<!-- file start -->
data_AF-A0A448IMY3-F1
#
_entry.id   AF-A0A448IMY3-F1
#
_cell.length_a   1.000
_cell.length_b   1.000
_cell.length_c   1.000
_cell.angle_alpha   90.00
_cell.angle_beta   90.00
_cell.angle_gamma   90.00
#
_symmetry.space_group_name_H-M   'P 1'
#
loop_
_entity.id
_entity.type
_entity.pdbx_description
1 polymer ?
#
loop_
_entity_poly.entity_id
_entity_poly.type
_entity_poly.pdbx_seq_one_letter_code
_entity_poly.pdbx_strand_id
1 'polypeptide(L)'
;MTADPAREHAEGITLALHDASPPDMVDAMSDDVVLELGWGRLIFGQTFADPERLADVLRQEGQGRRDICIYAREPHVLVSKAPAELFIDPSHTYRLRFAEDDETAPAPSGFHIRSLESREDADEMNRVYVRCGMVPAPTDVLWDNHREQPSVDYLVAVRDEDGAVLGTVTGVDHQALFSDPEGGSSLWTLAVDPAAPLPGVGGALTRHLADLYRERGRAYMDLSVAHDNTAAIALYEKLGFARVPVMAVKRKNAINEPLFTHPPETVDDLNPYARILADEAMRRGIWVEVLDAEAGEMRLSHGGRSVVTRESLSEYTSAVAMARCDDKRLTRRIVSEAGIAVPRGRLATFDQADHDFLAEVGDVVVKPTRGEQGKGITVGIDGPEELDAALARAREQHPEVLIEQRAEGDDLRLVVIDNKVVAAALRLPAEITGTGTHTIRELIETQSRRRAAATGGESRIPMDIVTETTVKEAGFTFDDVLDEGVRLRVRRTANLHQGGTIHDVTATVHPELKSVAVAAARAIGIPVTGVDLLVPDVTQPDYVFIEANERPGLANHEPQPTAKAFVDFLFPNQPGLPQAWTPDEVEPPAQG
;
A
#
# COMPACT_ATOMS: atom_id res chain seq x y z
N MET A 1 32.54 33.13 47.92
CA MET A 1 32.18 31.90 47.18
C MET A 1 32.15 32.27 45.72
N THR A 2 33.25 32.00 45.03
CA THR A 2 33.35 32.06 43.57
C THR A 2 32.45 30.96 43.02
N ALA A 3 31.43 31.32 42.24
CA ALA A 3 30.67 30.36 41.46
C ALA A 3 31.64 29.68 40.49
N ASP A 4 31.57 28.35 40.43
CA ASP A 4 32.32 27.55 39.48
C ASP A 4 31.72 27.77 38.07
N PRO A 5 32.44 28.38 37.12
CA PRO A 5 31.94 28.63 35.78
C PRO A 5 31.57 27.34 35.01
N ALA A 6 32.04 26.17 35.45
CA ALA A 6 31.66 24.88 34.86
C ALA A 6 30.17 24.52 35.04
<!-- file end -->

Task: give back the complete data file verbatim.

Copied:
data_AF-A0A448IMY3-F1
#
_entry.id   AF-A0A448IMY3-F1
#
_cell.length_a   1.000
_cell.length_b   1.000
_cell.length_c   1.000
_cell.angle_alpha   90.00
_cell.angle_beta   90.00
_cell.angle_gamma   90.00
#
_symmetry.space_group_name_H-M   'P 1'
#
loop_
_entity.id
_entity.type
_entity.pdbx_description
1 polymer ?
#
loop_
_entity_poly.entity_id
_entity_poly.type
_entity_poly.pdbx_seq_one_letter_code
_entity_poly.pdbx_strand_id
1 'polypeptide(L)'
;MTADPAREHAEGITLALHDASPPDMVDAMSDDVVLELGWGRLIFGQTFADPERLADVLRQEGQGRRDICIYAREPHVLVSKAPAELFIDPSHTYRLRFAEDDETAPAPSGFHIRSLESREDADEMNRVYVRCGMVPAPTDVLWDNHREQPSVDYLVAVRDEDGAVLGTVTGVDHQALFSDPEGGSSLWTLAVDPAAPLPGVGGALTRHLADLYRERGRAYMDLSVAHDNTAAIALYEKLGFARVPVMAVKRKNAINEPLFTHPPETVDDLNPYARILADEAMRRGIWVEVLDAEAGEMRLSHGGRSVVTRESLSEYTSAVAMARCDDKRLTRRIVSEAGIAVPRGRLATFDQADHDFLAEVGDVVVKPTRGEQGKGITVGIDGPEELDAALARAREQHPEVLIEQRAEGDDLRLVVIDNKVVAAALRLPAEITGTGTHTIRELIETQSRRRAAATGGESRIPMDIVTETTVKEAGFTFDDVLDEGVRLRVRRTANLHQGGTIHDVTATVHPELKSVAVAAARAIGIPVTGVDLLVPDVTQPDYVFIEANERPGLANHEPQPTAKAFVDFLFPNQPGLPQAWTPDEVEPPAQG
;
A
#
# COMPACT_ATOMS: atom_id res chain seq x y z
N MET A 1 32.54 33.13 47.92
CA MET A 1 32.18 31.90 47.18
C MET A 1 32.15 32.27 45.72
N THR A 2 33.25 32.00 45.03
CA THR A 2 33.35 32.06 43.57
C THR A 2 32.45 30.96 43.02
N ALA A 3 31.43 31.32 42.24
CA ALA A 3 30.67 30.36 41.46
C ALA A 3 31.64 29.68 40.49
N ASP A 4 31.57 28.35 40.43
CA ASP A 4 32.32 27.55 39.48
C ASP A 4 31.72 27.77 38.07
N PRO A 5 32.44 28.38 37.12
CA PRO A 5 31.94 28.63 35.78
C PRO A 5 31.57 27.34 35.01
N ALA A 6 32.04 26.17 35.45
CA ALA A 6 31.66 24.88 34.86
C ALA A 6 30.17 24.52 35.04